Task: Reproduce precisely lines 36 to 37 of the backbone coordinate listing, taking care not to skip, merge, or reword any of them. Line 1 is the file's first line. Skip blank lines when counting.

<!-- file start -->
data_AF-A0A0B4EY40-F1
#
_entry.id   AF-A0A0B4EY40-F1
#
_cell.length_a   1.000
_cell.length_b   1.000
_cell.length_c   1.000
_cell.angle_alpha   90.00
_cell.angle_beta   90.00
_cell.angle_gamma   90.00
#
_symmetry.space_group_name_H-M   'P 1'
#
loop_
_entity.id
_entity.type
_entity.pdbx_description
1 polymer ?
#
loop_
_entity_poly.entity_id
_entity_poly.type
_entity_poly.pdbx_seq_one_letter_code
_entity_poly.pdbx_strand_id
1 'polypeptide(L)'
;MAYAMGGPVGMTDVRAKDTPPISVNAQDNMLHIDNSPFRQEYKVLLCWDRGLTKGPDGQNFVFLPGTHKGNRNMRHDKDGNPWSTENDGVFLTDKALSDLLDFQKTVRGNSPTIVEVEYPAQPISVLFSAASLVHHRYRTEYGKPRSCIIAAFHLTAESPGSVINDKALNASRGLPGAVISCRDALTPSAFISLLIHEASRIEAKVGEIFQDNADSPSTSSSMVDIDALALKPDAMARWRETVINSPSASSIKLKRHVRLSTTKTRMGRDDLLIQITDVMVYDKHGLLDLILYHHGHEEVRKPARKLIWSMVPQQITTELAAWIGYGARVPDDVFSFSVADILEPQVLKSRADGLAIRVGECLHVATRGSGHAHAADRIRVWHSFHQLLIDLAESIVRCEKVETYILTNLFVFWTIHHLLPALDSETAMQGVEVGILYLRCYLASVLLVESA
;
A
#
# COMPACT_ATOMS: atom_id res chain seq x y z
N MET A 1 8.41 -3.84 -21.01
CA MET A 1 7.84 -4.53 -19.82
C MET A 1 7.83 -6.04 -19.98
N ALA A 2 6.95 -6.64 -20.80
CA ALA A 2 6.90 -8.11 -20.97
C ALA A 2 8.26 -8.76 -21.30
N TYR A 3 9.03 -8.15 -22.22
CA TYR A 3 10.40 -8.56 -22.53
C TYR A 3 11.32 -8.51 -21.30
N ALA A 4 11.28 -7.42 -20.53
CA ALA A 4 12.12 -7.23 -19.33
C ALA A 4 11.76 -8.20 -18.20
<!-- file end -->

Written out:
C ALA A 2 8.26 -8.76 -21.30
N TYR A 3 9.03 -8.15 -22.22